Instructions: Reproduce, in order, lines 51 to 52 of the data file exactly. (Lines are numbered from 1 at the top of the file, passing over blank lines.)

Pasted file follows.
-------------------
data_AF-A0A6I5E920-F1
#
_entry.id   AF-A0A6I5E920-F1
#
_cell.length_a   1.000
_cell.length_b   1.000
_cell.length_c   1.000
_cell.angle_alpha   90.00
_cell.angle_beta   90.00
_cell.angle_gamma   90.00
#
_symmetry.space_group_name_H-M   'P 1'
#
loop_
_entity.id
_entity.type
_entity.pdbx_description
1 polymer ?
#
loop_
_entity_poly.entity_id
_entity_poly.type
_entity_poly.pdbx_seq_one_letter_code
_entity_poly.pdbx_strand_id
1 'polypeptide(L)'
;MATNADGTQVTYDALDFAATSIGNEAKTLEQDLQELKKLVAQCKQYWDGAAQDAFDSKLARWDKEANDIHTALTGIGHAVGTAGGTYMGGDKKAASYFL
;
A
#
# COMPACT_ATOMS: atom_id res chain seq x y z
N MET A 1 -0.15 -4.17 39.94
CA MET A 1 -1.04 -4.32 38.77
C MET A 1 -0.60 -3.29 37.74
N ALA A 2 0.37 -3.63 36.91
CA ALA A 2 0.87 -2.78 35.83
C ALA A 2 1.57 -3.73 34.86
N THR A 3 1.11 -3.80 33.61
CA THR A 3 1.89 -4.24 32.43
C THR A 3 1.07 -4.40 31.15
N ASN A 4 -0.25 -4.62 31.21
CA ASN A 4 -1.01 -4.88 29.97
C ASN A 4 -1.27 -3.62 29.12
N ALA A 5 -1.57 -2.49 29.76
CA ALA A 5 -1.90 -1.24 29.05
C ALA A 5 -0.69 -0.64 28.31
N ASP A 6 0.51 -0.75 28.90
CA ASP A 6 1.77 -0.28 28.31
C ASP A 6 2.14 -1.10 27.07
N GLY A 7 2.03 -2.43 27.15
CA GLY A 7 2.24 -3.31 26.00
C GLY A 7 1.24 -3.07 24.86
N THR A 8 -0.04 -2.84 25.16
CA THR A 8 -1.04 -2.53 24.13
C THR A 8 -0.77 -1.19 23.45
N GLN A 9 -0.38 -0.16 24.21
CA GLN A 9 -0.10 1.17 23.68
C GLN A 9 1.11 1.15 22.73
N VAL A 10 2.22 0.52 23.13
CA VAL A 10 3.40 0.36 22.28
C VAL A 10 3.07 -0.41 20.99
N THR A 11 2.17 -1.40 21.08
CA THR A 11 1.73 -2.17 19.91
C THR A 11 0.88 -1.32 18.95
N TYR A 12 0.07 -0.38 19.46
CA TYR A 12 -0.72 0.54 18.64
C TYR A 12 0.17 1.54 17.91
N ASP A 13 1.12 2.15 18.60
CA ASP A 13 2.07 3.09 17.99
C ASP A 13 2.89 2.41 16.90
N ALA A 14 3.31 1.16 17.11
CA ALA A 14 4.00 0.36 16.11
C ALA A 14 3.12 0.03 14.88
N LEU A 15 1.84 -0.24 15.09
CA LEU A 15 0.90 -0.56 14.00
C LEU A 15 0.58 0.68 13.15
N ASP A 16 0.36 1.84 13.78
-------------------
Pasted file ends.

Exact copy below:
C GLY A 7 1.24 -3.07 24.86
N THR A 8 -0.04 -2.84 25.16